Wave-induced liquefaction: a modern example from the Bay of Fundy



    1. Department of Geology, McMaster University, Hamilton, Ontario, Canada L85 4M1
    Search for more papers by this author
    • *

      Department of Geological Sciences, Brock University, St. Catherines, Ontario, Canada L2S 3A1.


Soft-sediment deformation features occur commonly on parts of intertidal sand bodies in Cobequid Bay, Bay of Fundy. These features are small- to intermediate-sized, slump-like bodies, 1-3 m2 in area and located on the crest and upper stoss side of ebb megaripples. External modification of these slumps indicates that they formed before complete emergence. The deformed cross-bedding within these bodies extends to a depth of 0.15-0.35 m and shows that deformation occurred during slumping and flowage of liquefied sand down the megaripple stoss side. Field evidence and calculations strongly indicate that this liquefaction results from the impact of 0.1-0.3 m high waves breaking against the megaripple lee faces. Neither rapid drawdown of the water level nor earthquake shocks are reasonable alternative explanations.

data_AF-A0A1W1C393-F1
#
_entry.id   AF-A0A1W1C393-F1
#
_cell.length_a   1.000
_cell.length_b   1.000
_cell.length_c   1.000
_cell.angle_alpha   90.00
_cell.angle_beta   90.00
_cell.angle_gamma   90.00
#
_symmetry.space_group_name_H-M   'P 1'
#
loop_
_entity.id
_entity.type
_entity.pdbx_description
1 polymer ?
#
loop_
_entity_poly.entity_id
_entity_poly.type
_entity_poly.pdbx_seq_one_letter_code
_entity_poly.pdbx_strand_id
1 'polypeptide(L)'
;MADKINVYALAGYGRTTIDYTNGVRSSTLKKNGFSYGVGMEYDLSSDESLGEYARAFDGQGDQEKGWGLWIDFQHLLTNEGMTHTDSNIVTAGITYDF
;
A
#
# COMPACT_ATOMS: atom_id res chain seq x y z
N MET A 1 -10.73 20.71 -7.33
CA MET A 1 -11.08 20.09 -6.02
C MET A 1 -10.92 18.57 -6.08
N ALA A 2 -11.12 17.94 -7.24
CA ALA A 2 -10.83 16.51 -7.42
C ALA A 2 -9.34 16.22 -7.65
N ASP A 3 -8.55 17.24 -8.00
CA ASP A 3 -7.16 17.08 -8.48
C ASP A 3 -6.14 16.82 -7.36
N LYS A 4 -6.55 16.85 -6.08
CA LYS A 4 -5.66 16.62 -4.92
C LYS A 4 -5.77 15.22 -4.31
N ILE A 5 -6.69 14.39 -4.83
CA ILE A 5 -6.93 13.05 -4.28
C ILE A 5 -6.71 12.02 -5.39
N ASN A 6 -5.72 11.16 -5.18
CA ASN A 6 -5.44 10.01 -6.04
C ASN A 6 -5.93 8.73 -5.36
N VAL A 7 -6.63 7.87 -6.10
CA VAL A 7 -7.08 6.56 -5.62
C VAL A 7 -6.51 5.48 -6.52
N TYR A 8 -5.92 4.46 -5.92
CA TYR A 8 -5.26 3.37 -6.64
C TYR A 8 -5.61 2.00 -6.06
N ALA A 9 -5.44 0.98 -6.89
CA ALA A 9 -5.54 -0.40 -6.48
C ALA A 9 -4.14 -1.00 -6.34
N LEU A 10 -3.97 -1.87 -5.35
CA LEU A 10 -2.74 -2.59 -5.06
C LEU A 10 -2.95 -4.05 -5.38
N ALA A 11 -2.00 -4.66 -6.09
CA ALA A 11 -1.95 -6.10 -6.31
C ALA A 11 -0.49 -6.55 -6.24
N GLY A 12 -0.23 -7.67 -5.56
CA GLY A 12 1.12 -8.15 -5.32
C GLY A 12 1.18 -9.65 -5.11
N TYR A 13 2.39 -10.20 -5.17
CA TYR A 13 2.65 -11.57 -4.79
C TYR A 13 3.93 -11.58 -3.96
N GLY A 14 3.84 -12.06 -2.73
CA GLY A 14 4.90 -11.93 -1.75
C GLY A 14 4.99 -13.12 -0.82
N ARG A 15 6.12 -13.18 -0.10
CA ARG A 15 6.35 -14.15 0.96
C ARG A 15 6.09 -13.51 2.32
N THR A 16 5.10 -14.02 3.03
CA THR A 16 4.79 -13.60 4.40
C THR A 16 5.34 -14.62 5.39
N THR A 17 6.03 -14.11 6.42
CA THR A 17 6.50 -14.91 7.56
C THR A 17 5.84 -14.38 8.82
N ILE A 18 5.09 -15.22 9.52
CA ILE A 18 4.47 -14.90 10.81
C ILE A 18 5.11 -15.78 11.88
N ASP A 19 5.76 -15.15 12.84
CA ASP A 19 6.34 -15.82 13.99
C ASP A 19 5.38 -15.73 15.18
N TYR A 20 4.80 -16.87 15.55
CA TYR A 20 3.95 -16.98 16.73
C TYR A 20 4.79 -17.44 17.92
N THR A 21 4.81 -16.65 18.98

Indigenous wave activity provides an attractive substitute to tectonism as an explanation of soft-sediment deformation in ancient shallow-water sediments. Slow wave-induced compaction may also account for the relative scarcity of deformation structures in shallow marine sandstones.